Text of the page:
Zero-to-62 mph times appear a little passé for a car of the One:1's caliber. Koenigsegg only lists the not-so-practical 0-249 mph (400 km/h) time of 20 seconds. With that type of quickness, the One:1 may just follow in the footsteps of the Agera R, setting acceleration records in place of top speed records.
The One:1 has a carbon-Kevlar body fixed atop its honeycomb-core carbon fiber monocoque. The combination is 20 percent lighter than the Agera thanks to the use of M46J and M55J carbon fibers. The model loses Koenigsegg's traditional hood-stowable roof for a fixed panel due to the aerodynamic modifications to the hood.
Inside, the driver and passenger are secured to their lightweight racing seats with six-point harnesses. Koenigsegg loves talking about the memory-foam aspect of the seats, which dials in personalized fit and comfort. A 3G telemetry system connects with the owner's iPhone and also provides lap times and other performance features.
Koenigsegg only plans to build six examples of the One:1, and every one of them is already spoken for. It didn't share how much those buyers are spending on the purchase, but we're quite sure the price is comfortably into seven-figure territory.
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Is that wet weight, and are you accounting for the driver?
Please get rid of the mirrors they are horrid, and will vibrate, besides since you will be passing everything else why bother.
A small wide angle camera on each fender instead with OLED displays will suffice at (look at me speeds), oh and you will need one at the rear for reversing.
Forget the wiper at those speeds it's also useless, Rainx the glass instead. Besides you will not likely drive this in the rain, certainly not at high speed with those tires.
Lower the nose, pull out the reverse slant, creats too much lift and perhaps you could trim away those carbon winglets up front.
My ideal vehicle for getting around London in the rush hour is a people carrier or half-glazed similar sized van. Neither should be less than ten years old, and the higher the driving seat, the better, which gives excellent visibility - the opposite of this animal. Being old means that you don't have a lot to lose when it comes to who goes first when lanes converge. (No claims bonus? - in London? In traffic? In jest, right?) On the open road, speed limits and their enforcement make the sort of top speed this beast delivers purely academic.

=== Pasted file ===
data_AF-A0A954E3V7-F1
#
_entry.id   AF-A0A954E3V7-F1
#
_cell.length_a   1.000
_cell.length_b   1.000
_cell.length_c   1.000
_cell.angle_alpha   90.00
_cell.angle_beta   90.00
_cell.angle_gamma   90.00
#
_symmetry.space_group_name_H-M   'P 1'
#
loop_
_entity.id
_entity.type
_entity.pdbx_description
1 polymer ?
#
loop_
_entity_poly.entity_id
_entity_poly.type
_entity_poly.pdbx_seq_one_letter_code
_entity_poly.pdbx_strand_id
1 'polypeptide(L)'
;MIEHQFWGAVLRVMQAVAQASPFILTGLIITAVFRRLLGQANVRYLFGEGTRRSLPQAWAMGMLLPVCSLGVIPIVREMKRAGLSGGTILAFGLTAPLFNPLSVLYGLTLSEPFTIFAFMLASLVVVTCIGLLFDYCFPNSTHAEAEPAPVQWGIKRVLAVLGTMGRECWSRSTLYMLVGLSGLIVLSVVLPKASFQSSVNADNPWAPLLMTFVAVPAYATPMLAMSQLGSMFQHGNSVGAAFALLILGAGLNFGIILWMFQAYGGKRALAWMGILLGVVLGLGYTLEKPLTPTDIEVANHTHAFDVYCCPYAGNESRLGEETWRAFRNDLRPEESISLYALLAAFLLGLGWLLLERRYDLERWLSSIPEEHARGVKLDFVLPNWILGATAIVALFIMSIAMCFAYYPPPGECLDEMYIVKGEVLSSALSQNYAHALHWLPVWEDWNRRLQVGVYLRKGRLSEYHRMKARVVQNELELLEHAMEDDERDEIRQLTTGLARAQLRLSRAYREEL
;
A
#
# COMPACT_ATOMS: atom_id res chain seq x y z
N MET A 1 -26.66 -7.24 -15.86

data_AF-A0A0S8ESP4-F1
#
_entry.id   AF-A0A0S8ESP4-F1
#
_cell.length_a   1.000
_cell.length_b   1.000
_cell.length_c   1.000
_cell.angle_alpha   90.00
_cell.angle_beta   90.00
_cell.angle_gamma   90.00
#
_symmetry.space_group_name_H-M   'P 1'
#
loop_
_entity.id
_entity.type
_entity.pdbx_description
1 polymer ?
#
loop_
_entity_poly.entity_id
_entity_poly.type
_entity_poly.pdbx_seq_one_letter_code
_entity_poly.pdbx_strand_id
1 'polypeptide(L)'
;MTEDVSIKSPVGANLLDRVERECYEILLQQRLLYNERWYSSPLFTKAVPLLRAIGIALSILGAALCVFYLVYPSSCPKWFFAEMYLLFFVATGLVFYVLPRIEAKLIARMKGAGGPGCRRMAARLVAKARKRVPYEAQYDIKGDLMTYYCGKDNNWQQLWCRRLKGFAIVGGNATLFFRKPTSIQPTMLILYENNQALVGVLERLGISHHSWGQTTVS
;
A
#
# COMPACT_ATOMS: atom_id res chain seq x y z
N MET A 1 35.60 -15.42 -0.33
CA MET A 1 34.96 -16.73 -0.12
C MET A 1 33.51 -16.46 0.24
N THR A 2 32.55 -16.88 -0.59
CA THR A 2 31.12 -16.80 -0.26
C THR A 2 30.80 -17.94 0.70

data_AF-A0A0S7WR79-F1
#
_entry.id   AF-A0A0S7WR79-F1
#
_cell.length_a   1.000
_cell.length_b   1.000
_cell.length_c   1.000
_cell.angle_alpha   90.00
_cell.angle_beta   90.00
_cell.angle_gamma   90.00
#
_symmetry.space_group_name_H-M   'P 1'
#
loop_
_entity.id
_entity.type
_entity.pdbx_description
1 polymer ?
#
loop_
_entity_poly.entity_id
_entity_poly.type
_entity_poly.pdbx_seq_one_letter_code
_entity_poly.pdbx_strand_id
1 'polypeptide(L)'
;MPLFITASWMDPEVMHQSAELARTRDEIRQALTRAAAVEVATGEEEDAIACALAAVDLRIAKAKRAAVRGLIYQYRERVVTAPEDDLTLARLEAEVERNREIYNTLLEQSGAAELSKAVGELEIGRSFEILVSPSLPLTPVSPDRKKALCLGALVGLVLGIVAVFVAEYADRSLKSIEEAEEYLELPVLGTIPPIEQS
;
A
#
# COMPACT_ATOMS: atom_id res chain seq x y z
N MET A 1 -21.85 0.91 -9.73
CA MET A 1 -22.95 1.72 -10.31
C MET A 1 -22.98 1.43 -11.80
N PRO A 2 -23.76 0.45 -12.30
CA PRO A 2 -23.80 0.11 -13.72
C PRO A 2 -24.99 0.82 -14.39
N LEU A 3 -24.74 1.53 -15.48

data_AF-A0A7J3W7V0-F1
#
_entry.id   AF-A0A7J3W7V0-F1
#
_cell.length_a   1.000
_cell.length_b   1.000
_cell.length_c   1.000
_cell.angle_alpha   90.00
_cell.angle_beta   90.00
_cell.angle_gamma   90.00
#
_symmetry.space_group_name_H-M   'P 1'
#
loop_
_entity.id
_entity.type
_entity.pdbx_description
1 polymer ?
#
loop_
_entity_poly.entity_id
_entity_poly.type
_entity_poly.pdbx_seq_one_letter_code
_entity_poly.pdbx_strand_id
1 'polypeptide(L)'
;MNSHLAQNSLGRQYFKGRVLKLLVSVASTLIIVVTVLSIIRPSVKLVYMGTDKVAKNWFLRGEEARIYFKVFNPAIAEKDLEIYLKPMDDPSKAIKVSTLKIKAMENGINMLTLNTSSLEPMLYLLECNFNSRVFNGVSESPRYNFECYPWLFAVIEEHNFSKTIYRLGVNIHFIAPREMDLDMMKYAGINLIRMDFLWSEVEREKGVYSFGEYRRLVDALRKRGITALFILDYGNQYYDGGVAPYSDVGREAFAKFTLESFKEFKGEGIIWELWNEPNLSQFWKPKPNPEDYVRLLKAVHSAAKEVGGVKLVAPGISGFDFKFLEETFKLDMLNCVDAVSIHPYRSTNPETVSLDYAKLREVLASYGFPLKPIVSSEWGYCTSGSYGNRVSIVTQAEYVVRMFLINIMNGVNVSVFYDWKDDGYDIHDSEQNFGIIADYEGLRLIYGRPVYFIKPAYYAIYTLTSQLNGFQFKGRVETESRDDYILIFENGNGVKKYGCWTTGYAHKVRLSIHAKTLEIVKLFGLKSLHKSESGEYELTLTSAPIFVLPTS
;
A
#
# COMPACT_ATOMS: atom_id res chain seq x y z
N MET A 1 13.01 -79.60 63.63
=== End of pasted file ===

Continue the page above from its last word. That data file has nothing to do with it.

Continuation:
They will never stop taking, even as the planet's ecosystem collapses all around us. Benjamin Franklin was right: he said Greed was the worst of the Seven Deadly Sins because "No amount will satisfy it."
We can have Capitalism and Oligarchy, or Democracy and survival. This choice is interesting; these cars are boring.
As for this Koenigsegg thing, we can all look forward to someone bolting a go-pro on, and going around central London in order to capture all of the people looking at the owner of the amazing machine.
The idea that we should split the wealth more evenly is just not life. Those who take risks and put in effort must have an incentive to do just that. For those who prefer others take the risk and just want to be a worker in another's creation? Great but that will always reward you less. It seems pretty fair too me. I don't suggest that each case is the same.
I've got a good friend who took a different route than I did. I had a career in the military flying special operations helicopters. I loved it. I wouldn't change it. I was paid exactly what I expected to be paid.
My friend worked for various corporations before risking every penny he had to begin a business in 1995. Brothers, sisters, parents? All imagined he was foolish and crazy. What are you thinking? You are a dreamer! Why would you do this? A few years pass by and the family that scoffed at him now all work for him. He had zero help from anyone but himself. He hired people and paid wages. Their risk? Zero.
My point is why would anyone feel he didn't earn his right to have the things he has? He has created a small slice of our economy. He has created many jobs. He would hire more people if he didn't get socked with huge taxes every quarter. Now applying that across the board except for those who inherited their wealth (even then, their ancestors earned it) why should they not have greater returns possible for their effort?
Economic wealth is not a zero sum game. Wealth can grow as people invent new products and methods. We need to have incentive so that some people will take the risks and try to do grand things. I'm sure Koenigsegg employs a goodly number of people. I'm just glad he is still doing it. I will never own any of Christian's cars. I hope that in the next ten years they simply astonish me with their creations.